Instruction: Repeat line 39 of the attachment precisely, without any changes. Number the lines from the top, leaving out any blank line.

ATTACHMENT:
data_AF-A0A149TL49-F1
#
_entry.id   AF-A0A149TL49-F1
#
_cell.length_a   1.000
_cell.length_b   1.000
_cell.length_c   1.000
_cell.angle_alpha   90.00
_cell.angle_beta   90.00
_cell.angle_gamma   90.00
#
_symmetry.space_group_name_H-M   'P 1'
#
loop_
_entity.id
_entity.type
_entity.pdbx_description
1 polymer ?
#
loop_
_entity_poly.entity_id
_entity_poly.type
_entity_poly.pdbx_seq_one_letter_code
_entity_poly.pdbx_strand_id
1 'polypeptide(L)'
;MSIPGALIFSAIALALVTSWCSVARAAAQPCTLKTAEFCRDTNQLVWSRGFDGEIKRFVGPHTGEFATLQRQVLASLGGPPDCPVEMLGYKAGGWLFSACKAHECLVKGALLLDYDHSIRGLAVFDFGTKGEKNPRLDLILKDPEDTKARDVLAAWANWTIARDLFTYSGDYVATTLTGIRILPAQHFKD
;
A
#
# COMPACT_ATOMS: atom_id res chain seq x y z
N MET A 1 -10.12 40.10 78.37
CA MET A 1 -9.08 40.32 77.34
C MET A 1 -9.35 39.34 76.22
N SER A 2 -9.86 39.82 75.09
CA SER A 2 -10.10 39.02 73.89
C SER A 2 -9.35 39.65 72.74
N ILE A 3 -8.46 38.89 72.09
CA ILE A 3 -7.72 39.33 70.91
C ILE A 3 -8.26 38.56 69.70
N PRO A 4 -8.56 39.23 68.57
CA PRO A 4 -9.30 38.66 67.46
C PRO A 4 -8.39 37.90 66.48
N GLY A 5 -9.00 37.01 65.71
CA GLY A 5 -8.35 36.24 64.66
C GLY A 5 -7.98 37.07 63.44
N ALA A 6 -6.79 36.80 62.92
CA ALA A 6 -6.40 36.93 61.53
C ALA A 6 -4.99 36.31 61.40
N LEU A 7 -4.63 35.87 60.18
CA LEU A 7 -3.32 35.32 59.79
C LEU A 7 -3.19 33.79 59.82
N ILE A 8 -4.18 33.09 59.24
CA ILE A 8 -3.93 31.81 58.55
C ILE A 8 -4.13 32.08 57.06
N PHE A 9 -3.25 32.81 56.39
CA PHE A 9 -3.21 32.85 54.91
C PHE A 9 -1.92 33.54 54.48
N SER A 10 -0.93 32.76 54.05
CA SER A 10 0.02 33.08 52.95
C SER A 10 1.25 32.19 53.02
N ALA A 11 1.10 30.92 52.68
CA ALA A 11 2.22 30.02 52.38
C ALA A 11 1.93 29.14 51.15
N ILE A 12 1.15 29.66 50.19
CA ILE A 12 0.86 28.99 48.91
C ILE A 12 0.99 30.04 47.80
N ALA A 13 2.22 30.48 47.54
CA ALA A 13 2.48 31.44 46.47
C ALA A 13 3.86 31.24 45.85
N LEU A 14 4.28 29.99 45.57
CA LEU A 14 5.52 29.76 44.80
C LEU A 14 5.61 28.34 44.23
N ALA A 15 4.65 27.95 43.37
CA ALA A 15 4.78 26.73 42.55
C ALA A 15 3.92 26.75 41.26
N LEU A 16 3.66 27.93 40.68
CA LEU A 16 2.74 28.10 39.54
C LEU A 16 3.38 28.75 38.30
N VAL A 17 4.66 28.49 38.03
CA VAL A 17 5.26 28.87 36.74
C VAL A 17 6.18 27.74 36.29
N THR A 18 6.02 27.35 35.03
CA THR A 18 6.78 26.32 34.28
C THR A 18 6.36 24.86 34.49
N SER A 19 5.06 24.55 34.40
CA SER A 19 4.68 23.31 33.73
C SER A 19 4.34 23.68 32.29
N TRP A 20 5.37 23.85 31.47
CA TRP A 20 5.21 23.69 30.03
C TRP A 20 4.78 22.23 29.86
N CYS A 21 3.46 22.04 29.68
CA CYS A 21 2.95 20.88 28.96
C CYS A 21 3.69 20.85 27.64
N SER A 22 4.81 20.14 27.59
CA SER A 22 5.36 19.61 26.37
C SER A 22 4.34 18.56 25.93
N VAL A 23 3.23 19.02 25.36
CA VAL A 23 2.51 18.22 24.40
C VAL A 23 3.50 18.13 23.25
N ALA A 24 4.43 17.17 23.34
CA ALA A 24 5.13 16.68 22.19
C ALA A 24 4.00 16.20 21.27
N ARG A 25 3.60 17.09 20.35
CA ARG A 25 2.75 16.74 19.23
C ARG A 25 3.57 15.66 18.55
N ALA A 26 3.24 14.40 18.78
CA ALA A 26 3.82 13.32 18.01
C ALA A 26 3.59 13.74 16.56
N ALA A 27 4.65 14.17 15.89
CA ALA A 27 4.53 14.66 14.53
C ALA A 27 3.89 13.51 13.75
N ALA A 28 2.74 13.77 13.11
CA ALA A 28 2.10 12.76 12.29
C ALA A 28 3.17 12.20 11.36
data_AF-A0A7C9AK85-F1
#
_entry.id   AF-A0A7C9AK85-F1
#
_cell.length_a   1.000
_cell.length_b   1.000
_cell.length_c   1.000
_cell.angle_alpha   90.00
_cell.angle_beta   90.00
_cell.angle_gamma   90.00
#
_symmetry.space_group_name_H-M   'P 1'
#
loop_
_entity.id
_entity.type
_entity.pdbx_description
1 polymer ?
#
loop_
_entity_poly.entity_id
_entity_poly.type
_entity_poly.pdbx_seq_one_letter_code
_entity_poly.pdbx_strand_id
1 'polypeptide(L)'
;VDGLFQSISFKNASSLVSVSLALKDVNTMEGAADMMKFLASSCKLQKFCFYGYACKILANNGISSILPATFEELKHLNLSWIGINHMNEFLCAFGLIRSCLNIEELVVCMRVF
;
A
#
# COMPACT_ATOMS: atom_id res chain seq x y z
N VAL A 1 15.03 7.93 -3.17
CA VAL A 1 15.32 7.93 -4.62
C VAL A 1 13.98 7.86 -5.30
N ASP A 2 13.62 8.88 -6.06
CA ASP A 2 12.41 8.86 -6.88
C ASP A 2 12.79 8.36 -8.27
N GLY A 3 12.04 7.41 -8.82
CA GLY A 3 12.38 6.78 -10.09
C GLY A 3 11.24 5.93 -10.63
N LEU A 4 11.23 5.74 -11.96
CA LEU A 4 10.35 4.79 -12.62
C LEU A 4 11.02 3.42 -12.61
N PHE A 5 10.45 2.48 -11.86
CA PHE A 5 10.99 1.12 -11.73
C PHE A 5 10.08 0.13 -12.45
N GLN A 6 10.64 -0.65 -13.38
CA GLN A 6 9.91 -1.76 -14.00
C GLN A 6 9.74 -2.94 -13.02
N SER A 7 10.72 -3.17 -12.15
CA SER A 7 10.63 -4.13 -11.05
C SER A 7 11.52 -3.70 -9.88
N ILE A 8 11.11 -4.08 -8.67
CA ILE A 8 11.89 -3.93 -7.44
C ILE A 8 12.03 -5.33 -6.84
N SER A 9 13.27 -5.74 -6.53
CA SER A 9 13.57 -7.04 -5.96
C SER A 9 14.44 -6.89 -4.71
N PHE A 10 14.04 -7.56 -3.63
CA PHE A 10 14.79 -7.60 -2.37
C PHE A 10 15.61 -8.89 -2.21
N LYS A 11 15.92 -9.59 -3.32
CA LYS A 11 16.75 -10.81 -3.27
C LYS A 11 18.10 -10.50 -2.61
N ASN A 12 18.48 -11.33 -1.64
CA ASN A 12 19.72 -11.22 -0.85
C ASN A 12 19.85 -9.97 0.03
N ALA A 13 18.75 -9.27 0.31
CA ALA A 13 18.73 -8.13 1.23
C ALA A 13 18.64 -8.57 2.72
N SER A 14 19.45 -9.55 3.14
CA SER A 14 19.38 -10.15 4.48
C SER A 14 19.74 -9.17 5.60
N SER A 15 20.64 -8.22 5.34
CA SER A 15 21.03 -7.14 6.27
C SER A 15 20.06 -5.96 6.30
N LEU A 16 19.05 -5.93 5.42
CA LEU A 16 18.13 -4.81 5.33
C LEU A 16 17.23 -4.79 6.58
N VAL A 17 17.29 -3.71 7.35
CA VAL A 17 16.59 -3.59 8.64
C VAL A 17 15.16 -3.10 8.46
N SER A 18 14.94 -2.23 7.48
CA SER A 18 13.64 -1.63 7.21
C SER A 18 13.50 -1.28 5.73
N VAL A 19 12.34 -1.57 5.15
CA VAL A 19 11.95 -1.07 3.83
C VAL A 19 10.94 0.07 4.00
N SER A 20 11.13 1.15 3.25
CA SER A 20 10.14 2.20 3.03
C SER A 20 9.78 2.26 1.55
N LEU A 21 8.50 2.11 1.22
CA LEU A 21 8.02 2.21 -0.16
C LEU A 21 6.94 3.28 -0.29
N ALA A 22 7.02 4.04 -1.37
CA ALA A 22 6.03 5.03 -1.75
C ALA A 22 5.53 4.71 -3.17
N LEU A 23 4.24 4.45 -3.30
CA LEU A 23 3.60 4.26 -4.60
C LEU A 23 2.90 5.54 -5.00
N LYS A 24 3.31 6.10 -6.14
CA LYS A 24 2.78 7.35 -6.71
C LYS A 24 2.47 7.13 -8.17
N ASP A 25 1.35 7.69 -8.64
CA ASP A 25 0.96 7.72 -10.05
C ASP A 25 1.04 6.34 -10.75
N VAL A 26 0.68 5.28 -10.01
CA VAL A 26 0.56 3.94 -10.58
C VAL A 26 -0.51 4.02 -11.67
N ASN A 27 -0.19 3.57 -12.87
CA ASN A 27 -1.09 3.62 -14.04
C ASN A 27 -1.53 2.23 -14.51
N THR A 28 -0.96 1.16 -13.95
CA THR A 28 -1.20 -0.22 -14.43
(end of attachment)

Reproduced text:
C ILE A 3 -8.26 38.56 69.70